27 de marzo de 2008


Southern Belize is for those who want to explore off the beaten track. Its small towns and villages and largely undisturbed environment make the area seem unspoiled and isolated. Although the roads are long and usually in bad condition, the scenery is spectacular and exotic, with large expanses of forests and the eastern fringe of the Mayan mountains on the horizon.
The main road into the south is the Hummingbird Highway, which begins in Belmopan and travels down to Dangriga. Although the highway is well paved up to the Caves Branch River, it degenerates with potholes and bumps as it travels further south. About 15 miles from Belmopan is the Blue Hole, a lovely, circular swimming hole surrounded by forest. The waters come from an underground river, making them unusually cool. From the Blue Hole, a trail leads off the highway to St. Herman's Cave, a large limestone cavern. After that, the highway leads to the colorful town of Dangriga, dominated by the Garifuna culture.
Encompassing 100,000 acres of lush jungle in Southern Belize, the Cockscomb Basin Wildlife Sanctuary is about an hour's drive south of Dangriga on the Southern Highway. Situated around Belize's Cockscomb Basin, a lush mountain basin full of tropical forest and jungle streams, the Sanctuary is a great place for nature lovers. In addition to the jaguar, the sanctuary's diverse ecosystem protects a sizable percentage of Belize's plant and animal species, including the endangered ocelot, margay, baird's tapir, kinkajou and scarlet macaw. There are several beautiful nature trails in the sanctuary, including Ben's Bluff Trail, from which hikers can get the best views of the basin, and a trail up to Victoria's Peak, the second highest mountain in Belize.
Further along the Southern Highway is a 26-mile long dirt road which leads to the Placencia Peninsula, a wonderful place for diving, snorkelling, fishing, and viewing wildlife. Much of the surrounding forest around the nearby Monkey River has been declared a Special Conservation Area. A slow ride up the jungle-lined river offers the opportunity to view iguanas, crocodiles, howler monkeys and a large variety of tropical birds.
Further south of Placencia is the remote Toledo District, where over half the population is Mayan. Pot-holed dirt roads lead past isolated Mayan villages, primary rain forests, monstrous caves and numerous ancient ruins returning to the forest, making Toledo a difficult but exciting destination for adventurous travellers. Punta Gorda is the southern-most town in Belize and the largest in Toledo with a population of 6,000.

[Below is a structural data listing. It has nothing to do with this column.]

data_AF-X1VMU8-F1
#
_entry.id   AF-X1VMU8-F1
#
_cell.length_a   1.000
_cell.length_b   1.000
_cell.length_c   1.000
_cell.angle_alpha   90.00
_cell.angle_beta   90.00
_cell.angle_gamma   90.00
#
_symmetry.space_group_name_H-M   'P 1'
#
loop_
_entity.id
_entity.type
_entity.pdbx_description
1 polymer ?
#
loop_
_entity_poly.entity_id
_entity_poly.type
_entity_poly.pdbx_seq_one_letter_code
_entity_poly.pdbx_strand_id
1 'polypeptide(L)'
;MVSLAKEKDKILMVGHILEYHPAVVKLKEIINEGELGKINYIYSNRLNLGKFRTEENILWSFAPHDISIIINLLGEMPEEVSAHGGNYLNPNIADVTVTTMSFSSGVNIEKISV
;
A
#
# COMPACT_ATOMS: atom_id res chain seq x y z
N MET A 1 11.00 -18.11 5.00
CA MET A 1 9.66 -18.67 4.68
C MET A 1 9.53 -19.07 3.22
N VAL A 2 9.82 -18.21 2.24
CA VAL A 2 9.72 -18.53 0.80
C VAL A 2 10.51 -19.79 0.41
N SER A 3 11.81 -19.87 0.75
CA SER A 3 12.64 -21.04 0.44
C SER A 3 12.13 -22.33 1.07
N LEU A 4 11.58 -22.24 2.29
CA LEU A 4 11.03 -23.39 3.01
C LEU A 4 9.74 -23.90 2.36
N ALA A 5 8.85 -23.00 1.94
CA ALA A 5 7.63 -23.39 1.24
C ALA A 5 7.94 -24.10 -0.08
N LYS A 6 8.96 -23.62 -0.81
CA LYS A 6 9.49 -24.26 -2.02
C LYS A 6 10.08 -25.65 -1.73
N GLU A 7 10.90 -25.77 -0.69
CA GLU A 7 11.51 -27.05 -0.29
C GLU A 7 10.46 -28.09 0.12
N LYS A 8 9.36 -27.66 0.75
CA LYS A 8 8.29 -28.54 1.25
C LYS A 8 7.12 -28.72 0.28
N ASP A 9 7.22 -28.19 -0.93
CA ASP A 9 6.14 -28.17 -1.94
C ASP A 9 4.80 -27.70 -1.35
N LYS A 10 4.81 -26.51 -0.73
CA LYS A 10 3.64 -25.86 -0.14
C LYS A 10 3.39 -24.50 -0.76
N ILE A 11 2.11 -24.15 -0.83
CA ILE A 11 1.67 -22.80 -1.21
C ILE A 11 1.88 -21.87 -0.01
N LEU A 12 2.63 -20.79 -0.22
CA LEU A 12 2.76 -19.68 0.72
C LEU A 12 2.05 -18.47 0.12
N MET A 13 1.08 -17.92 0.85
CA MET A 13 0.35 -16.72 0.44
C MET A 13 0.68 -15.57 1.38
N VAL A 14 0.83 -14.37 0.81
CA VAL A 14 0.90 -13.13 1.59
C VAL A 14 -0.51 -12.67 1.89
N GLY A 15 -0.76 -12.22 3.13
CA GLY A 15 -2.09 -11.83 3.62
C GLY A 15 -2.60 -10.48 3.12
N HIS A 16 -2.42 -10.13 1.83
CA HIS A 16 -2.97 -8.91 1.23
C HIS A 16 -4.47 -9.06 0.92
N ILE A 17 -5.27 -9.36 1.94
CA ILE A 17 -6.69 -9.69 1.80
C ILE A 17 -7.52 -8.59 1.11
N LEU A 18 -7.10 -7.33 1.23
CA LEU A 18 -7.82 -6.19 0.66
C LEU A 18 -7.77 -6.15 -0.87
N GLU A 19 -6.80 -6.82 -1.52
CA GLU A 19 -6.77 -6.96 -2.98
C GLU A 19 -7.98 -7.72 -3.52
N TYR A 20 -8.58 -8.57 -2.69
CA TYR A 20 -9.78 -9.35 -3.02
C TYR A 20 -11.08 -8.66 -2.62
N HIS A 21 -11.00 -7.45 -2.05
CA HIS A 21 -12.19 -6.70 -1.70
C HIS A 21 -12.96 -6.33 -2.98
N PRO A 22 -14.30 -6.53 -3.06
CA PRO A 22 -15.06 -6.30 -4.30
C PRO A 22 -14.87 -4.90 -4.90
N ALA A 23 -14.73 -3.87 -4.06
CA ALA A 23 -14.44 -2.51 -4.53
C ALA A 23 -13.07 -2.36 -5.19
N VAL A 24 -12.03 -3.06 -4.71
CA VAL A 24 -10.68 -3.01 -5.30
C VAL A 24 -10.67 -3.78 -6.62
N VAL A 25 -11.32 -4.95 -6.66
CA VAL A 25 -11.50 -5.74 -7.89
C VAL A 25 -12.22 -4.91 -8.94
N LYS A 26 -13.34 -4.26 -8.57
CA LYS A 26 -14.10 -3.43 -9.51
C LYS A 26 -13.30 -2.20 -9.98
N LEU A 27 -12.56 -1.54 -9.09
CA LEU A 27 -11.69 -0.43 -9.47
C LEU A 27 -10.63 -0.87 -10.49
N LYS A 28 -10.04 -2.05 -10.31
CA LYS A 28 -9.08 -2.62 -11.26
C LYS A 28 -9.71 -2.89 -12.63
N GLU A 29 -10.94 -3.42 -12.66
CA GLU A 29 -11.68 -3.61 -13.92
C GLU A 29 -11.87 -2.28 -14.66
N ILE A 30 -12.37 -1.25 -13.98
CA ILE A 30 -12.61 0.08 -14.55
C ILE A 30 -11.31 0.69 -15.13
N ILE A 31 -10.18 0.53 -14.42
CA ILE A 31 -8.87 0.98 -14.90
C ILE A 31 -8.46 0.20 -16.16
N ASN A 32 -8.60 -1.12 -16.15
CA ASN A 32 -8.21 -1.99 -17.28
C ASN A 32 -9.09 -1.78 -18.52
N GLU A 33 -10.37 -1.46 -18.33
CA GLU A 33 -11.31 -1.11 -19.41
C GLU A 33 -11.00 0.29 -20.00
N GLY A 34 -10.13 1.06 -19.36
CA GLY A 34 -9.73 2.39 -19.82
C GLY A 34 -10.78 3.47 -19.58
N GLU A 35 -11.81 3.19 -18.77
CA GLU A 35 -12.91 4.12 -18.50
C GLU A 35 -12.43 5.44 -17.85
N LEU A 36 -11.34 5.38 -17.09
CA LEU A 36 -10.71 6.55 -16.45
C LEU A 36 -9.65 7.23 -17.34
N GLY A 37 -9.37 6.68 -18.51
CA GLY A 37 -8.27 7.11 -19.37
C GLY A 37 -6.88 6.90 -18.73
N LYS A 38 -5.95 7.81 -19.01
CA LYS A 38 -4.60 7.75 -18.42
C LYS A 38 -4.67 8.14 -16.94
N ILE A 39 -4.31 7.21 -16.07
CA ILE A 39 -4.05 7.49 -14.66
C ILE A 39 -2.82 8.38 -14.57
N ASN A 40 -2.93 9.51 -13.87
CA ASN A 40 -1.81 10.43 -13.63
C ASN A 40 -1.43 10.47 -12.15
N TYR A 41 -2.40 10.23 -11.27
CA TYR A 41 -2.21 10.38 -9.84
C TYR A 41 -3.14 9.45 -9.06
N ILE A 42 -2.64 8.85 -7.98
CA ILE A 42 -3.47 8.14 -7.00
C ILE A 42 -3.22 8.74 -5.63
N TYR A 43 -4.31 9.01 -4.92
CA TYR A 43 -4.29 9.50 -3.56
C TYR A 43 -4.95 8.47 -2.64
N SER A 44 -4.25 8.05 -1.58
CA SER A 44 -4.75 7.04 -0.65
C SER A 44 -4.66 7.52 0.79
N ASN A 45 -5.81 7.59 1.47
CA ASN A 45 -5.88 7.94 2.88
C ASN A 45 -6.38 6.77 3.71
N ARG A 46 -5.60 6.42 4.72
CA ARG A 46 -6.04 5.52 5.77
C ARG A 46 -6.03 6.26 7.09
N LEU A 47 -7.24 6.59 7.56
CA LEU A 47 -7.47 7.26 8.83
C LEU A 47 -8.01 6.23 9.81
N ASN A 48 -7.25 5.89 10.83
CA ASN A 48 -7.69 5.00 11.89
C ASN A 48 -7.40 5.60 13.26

Lying along the slope of the Mayan mountains in Toledo is the 92,000-acre Bladen Nature Reserve, probably Belize's most pristine protected rainforest. Largely unexplored, the reserve contains massive outcrops of limestone, sinkholes, caves waterfalls and numerous species of wildlife. Adjacent to Bladen Reserve is the 103,000 acre Columbia River Forest Reserve, which is the most biologically diverse ecosystem in Belize. The Temash and Sarstoon Delta Wildlife Sanctuary has spectacular 30-40-foot tall red mangrove trees, and abundant wildlife such as the gibnut, peccary, warrie, crocodile and jaguar. When you go to these remote reserves, it is a good idea to be totally self-sufficient in terms of equipment and food. Guides can be hired at the nearby village of San Jose for strenuous treks into the reserves.
Toledo is rich in Mayan ruins, but many of them are overgrown, with little information about them available. One of the better-maintained sites is Lubaatun, which lies on a ridge above a valley, ½ mile from the village of San Pedro Columbia. Uphill from the nearby Indian Creek village, is Nim Li Punit, an ancient ceremonial center with magnificent views and 25 stelae, types of carved stone monuments, including one of the largest stelae in Belize.
Click for attractions at and around Placencia and Dangriga. The following are those further south around Punta Gorda:-
Fajina Craft Center for handicrafts
Blue Creek Cave for path to cave, and canopy walk through rainforest
Rio Blanco Falls, guided trips of cascades in the Maya Mountains
Trekking of jungle, caves, waterfalls
Mayan ruins of Uxbenka
Agua Caliente Nature Reserve for birdwatching, hiking, hot water spring and wildlife
Barranco Village 12 miles south of Punta Gorda, reached by boat, to visit Temash River, Sarstoon Temash National Park (see above)
Kayaking ocean cayes or in rivers
Fishing for tarpon, permit and bonefish

Jaguar Reef Lodge, DangrigaStann Creek area hotels

Visitor Info
In Punta Gorda, Dangriga and Placencia there are local taxis and buses, but generally we recommend you have your own 4WD rental car for greatest flexibility and mobility. Make sure you fill up with petrol as petrol stations are relatively spread out in the south. From Punta Gorda's customs docks leaves a daily ferry for Puerto Barrios, on the Caribbean coast of Guatemala.
getting thereThe drive with rental car is adventurous, as there are long stretches of gravel road down to southerly Punta Gorda (4 hours or 168 miles from Belize City, via the Western, Coastal, Hummingbird and then Southern Highways), but crosses very attractive scenery. We recommend a 4WD. En route you pass, and can stay at, Placencia and Dangriga. There are also regular domestic flights to Placencia, Dangriga and Punta Gorda with Tropic Air and Maya Airways, the flight to Punta Gorda lasting about 60 minutes.

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